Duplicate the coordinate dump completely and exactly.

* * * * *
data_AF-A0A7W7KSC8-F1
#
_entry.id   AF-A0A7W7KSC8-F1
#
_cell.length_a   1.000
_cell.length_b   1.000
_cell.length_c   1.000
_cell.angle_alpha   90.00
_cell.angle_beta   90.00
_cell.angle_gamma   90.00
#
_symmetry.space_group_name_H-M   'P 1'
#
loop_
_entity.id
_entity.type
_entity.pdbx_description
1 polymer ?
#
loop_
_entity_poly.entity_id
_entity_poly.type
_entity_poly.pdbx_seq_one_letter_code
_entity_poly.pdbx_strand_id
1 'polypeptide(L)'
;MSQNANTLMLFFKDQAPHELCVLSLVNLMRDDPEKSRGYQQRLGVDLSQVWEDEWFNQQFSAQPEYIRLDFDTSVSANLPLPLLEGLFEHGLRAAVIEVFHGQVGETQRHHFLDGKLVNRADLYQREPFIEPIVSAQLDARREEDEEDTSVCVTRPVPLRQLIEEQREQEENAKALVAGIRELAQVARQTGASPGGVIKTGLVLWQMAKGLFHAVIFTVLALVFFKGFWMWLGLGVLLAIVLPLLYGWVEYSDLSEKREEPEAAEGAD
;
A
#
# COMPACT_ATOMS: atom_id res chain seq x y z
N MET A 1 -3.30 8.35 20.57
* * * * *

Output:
data_AF-A0A7W7KSC8-F1
#
_entry.id   AF-A0A7W7KSC8-F1
#
_cell.length_a   1.000
_cell.length_b   1.000
_cell.length_c   1.000
_cell.angle_alpha   90.00
_cell.angle_beta   90.00
_cell.angle_gamma   90.00
#
_symmetry.space_group_name_H-M   'P 1'
#
loop_
_entity.id
_entity.type
_entity.pdbx_description
1 polymer ?
#
loop_
_entity_poly.entity_id
_entity_poly.type
_entity_poly.pdbx_seq_one_letter_code
_entity_poly.pdbx_strand_id
1 'polypeptide(L)'
;MSQNANTLMLFFKDQAPHELCVLSLVNLMRDDPEKSRGYQQRLGVDLSQVWEDEWFNQQFSAQPEYIRLDFDTSVSANLPLPLLEGLFEHGLRAAVIEVFHGQVGETQRHHFLDGKLVNRADLYQREPFIEPIVSAQLDARREEDEEDTSVCVTRPVPLRQLIEEQREQEENAKALVAGIRELAQVARQTGASPGGVIKTGLVLWQMAKGLFHAVIFTVLALVFFKGFWMWLGLGVLLAIVLPLLYGWVEYSDLSEKREEPEAAEGAD
;
A
#
# COMPACT_ATOMS: atom_id res chain seq x y z
N MET A 1 -3.30 8.35 20.57